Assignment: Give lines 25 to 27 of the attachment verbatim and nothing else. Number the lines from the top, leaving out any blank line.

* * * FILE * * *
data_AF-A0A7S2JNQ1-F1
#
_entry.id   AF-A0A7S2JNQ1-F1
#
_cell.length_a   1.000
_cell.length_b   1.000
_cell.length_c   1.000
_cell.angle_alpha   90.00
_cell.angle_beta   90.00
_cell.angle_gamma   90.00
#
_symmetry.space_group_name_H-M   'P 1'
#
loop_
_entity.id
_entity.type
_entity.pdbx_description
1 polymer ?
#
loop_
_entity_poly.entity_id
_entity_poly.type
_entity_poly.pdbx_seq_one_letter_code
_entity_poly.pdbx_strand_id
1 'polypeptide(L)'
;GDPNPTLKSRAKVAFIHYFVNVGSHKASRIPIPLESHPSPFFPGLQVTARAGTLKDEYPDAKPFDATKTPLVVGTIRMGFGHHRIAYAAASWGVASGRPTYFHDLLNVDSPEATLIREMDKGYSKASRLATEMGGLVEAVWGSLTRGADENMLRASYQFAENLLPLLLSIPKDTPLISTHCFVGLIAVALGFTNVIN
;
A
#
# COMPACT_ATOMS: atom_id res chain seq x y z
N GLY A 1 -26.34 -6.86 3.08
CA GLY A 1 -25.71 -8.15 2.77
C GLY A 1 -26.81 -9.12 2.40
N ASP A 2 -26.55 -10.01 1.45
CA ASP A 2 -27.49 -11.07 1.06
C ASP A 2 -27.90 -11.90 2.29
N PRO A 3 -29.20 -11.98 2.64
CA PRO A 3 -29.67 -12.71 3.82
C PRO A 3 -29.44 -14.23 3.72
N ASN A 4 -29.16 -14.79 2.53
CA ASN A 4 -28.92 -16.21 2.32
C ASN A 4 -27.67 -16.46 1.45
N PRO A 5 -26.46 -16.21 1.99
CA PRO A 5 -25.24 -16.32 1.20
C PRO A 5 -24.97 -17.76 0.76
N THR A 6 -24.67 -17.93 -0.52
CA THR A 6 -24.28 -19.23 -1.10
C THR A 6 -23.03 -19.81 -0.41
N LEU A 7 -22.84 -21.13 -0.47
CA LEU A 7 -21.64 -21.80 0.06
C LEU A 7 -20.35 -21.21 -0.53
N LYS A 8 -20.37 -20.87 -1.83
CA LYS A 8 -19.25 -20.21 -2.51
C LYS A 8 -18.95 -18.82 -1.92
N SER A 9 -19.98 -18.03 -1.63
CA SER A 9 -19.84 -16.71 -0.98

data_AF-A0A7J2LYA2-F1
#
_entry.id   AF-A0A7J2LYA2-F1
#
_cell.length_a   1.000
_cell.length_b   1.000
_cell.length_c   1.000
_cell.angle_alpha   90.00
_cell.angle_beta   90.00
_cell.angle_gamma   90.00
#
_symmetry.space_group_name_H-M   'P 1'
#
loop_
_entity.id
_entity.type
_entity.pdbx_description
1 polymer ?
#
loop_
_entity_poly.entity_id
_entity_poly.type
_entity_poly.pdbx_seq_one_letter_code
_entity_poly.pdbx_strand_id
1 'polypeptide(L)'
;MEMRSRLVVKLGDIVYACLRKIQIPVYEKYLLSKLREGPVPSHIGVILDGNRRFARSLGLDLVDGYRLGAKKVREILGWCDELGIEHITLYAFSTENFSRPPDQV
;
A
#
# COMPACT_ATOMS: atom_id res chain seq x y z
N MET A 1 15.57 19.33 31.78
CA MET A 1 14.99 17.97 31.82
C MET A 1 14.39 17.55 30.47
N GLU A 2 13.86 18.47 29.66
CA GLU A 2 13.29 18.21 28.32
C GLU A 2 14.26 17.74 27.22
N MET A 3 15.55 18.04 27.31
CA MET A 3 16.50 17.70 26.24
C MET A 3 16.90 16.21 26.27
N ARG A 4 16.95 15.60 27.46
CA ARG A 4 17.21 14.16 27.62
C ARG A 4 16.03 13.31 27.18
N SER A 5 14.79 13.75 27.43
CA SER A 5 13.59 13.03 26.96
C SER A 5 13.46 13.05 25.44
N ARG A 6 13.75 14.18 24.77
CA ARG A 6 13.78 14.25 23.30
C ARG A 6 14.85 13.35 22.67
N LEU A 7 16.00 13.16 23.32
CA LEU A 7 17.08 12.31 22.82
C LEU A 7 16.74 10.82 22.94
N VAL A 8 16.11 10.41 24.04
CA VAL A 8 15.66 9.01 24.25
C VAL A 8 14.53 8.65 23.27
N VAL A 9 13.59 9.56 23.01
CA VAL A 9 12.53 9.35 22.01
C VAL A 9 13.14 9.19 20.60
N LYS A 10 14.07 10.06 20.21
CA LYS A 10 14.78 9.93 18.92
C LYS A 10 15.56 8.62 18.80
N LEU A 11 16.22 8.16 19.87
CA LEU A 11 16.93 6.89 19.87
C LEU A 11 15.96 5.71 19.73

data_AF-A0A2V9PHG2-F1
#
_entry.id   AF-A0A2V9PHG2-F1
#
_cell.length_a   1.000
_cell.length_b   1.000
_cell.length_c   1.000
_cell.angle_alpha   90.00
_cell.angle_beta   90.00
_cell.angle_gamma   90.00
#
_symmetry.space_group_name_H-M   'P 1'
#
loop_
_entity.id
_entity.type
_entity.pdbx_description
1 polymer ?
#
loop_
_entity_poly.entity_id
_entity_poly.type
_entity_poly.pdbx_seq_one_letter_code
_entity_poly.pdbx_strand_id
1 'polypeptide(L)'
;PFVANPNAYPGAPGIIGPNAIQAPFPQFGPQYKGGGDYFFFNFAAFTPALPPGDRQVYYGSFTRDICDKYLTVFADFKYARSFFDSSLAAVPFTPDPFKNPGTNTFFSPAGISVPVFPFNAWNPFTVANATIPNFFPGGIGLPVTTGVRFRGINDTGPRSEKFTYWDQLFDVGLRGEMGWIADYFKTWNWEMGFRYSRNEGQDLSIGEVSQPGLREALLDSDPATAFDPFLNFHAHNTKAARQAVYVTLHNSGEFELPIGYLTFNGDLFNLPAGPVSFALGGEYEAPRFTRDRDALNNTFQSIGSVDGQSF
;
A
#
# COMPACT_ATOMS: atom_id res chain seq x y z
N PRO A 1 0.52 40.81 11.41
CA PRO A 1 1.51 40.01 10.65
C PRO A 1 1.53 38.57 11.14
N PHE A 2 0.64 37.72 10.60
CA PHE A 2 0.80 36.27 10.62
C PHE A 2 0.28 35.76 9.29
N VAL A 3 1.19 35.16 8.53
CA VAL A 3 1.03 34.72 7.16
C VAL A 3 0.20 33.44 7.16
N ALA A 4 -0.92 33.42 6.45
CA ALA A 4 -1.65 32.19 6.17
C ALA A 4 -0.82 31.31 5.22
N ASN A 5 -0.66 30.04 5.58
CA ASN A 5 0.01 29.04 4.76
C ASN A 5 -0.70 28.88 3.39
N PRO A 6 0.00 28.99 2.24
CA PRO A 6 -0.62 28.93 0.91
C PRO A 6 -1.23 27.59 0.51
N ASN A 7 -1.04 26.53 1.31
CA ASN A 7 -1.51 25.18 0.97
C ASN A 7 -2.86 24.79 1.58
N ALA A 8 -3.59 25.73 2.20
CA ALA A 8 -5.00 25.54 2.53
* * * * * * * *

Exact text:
1 'polypeptide(L)'
;GDPNPTLKSRAKVAFIHYFVNVGSHKASRIPIPLESHPSPFFPGLQVTARAGTLKDEYPDAKPFDATKTPLVVGTIRMGFGHHRIAYAAASWGVASGRPTYFHDLLNVDSPEATLIREMDKGYSKASRLATEMGGLVEAVWGSLTRGADENMLRASYQFAENLLPLLLSIPKDTPLISTHCFVGLIAVALGFTNVIN
;